Georgia Gold Medal Plant Program


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Armand ClematisClematis armandii

  • Category Vine
  • Winner for 2009
  • Hardiness Zone 7 to 9
  • Conditions Full Sun to Part Shade

Unlike other clematis that are prized for their flowers, Armand Clematis (Clematis armandii) would be a great vine, even if it didn’t flower. Its glossy, evergreen leaves are attractive year round and provide visual interest to fences, arbors, trellises, walls or pergolas.

Spring flowers are an added bonus of Armand Clematis. White, fragrant, star-shaped flowers appear as early as March and persist nearly a month. Flowers have a spicy, subtle fragrance that is not over-powering. Expect Armand Clematis to grow 20 to 30 feet by the end of two to three growing seasons.

Pride of Augusta Carolina JessamineGelsemium caroliniana

  • Category Vine
  • Winner for 2008
  • Hardiness Zone 7 to 10
  • Conditions Full Sun to Part Shade

Pride of Augusta is a double-flowering form of our native Carolina Jessamine, the state flower of South Carolina. Bloom time varies from February to April, depending on geographic location and location within the landscape. Although the spring bloom is most dramatic, additional blossoms are produced sporadically throughout the growing season.

Peak bloom lasts two to four weeks.|Like other Carolina Jessamines, Pride of Augusta needs help climbing a support, since it lacks the tendrils and holdfasts that other vines use to cling to a structure. Pride of Augusta Carolina Jessamine is a versatile vine. Not only does it adapt well to arbors, trellises and fences, it also can be used to cascade over large containers or walls.

Madison Confederate JasmineTrachelospermum jasminoides 'Madison'

  • Category Vine
  • Winner for 2007
  • Hardiness Zone 7 to 10
  • Conditions Full Sun to Part Shade

A tough, fragrant, evergreen vine, Confederate Jasmine has all the characteristics of a garden standout. Madison Confederate Jasmine is a fast-growing, twining, evergreen vine reaching 20 to 40 feet at maturity. It needs help climbing because it lacks clinging aerial roots.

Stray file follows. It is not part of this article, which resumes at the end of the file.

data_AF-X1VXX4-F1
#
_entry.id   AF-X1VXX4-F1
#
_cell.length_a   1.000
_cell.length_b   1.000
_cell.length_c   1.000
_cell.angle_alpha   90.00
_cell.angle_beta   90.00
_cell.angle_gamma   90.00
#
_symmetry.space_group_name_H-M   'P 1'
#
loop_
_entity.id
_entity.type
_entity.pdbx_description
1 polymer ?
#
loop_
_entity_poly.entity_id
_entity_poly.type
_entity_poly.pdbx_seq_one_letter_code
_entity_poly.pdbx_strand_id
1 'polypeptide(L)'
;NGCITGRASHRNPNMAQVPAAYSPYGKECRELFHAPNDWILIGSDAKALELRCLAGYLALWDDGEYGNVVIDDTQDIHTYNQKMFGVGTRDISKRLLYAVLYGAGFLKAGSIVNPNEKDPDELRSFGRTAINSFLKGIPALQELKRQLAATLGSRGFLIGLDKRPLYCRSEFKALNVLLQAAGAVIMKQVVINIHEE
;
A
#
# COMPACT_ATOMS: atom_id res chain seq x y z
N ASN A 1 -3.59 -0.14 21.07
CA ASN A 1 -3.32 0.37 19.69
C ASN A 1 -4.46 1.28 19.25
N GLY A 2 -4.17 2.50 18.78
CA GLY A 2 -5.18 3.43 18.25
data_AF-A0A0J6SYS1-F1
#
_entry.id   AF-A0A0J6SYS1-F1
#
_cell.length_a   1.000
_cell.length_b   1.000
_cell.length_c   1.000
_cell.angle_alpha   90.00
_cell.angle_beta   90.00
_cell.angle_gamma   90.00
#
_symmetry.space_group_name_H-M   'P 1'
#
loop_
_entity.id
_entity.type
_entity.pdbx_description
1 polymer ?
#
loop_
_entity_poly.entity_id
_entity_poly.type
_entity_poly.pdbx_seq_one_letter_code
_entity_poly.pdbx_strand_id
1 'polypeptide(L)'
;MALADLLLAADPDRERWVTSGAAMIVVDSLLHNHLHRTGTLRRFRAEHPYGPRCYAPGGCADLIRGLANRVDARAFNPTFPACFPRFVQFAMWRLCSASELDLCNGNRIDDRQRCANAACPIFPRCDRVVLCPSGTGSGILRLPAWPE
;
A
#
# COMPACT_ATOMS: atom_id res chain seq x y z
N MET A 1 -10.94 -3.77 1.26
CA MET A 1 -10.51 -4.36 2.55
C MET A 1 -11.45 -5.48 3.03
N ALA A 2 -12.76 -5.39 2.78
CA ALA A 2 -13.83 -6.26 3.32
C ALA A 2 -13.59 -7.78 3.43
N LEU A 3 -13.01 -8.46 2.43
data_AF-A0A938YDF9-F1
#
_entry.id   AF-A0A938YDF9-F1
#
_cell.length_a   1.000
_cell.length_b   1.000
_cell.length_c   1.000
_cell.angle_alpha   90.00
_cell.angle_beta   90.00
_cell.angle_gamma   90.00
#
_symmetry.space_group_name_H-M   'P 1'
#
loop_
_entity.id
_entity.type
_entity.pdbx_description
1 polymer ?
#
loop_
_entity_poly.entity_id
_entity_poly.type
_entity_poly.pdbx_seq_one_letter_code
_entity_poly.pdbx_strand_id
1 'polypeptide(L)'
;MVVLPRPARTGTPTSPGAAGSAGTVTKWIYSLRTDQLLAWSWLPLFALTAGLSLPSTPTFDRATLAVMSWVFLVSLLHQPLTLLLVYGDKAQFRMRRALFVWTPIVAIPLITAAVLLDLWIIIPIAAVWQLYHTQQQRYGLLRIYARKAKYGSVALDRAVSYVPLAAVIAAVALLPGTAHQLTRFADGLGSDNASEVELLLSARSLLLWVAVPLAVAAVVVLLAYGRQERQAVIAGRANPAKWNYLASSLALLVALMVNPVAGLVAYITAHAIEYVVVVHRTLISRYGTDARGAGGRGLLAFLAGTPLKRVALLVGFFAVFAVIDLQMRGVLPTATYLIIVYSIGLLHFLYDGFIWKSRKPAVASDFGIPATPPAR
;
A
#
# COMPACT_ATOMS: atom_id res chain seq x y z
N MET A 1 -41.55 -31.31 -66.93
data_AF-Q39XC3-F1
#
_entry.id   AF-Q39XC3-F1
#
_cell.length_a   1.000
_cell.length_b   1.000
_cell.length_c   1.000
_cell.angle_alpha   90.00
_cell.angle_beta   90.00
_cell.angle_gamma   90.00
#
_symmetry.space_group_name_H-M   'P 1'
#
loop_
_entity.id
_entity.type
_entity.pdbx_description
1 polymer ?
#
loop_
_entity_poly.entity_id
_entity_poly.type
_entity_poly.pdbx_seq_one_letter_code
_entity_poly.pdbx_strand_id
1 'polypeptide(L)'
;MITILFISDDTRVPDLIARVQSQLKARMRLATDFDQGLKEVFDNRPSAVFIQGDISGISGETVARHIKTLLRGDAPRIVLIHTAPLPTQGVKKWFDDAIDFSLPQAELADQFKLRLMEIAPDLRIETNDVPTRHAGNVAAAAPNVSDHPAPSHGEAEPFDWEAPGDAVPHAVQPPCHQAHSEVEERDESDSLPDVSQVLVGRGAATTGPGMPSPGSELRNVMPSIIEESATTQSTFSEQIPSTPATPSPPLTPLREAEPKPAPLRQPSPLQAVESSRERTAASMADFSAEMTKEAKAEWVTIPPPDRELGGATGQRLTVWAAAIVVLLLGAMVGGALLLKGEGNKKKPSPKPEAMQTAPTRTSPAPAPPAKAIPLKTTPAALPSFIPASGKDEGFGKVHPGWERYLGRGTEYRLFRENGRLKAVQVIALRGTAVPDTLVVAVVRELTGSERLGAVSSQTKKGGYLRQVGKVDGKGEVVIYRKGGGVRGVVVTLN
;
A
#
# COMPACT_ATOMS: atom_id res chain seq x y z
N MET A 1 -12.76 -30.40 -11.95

Like clockwork each year creamy-white, phlox-like flowers emerge and overshadow the foliage. The five-pointed, star-shaped flowers are borne on short stalks and in clusters at the leaf axils of the previous season’s growth. Soon after flowering, the plant will enter a vigorous growth phase, so regular summer pruning and training are necessary to keep it in bounds.

Amethyst Falls WisteriaWisteria frutescens

  • Category Vine
  • Winner for 2006
  • Hardiness Zone 5 to 9
  • Conditions Full Sun to Part Shade

While the Asian types of wisteria may take 10 years or more to begin flowering, Amethyst Falls Wisteria begins flowering at one year of age. Flowering occurs on new growth of the season and is about two weeks later than that of the Asian types (late April to early May in Athens, Ga.), so late-winter frosts seldom affect flowering. If lightly trimmed after flowering, new shoots will produce a second flush of blooms in the summer.

Considered by some to be a dwarf wisteria, Amethyst Falls has smaller leaves and flowers than the Asian types. Flowers are fragrant, lavender-blue.

CrossvineBignonia capreolata

  • Category Vine
  • Winner for 2003
  • Hardiness Zone 6 to 9
  • Conditions Full Sun to Part Shade

Crossvine is a vigorous climber, reaching 30 to 50 feet. Thread-like tendrils along the stem wrap around nearby objects and help the plant climb up a structure. Small, root-like disks along the tendrils help them attach to concrete, brick and other porous structures. Leaves are lustrous, dark green, 2 to 6 inches long and a half to 2 inches wide, turning reddish-purple in winter.

Flowers are tubular, 1 and a half to 2 inches long and up to 1 and a half inches wide, brownish-red with a yellow-orange throat. They are borne in clusters of 2 to 5 flowers on short stalks in April. Flowering continues for three to four weeks with a few additional flowers opening sporadically throughout the season. They have a pleasant, mocha-like fragrance.

What is Georgia Gold Medal Plant Program (GGMP)?

The Georgia Gold Medal Plant Program promotes the use of superior ornamental plants in Georgia.

It represents the combined effort of the State Botanical Garden of Georgia; the University of Georgia Cooperative Extension; University faculty members; and nurserymen, flower growers, garden retailers and landscape professionals across the state.

Winners are chosen from five categories: Natives, Annuals, Perennials, Trees, Shrubs and Vines and Groundcovers.

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Tell us what plants you would like to nominate for the Georgia Gold Medal Plant Program.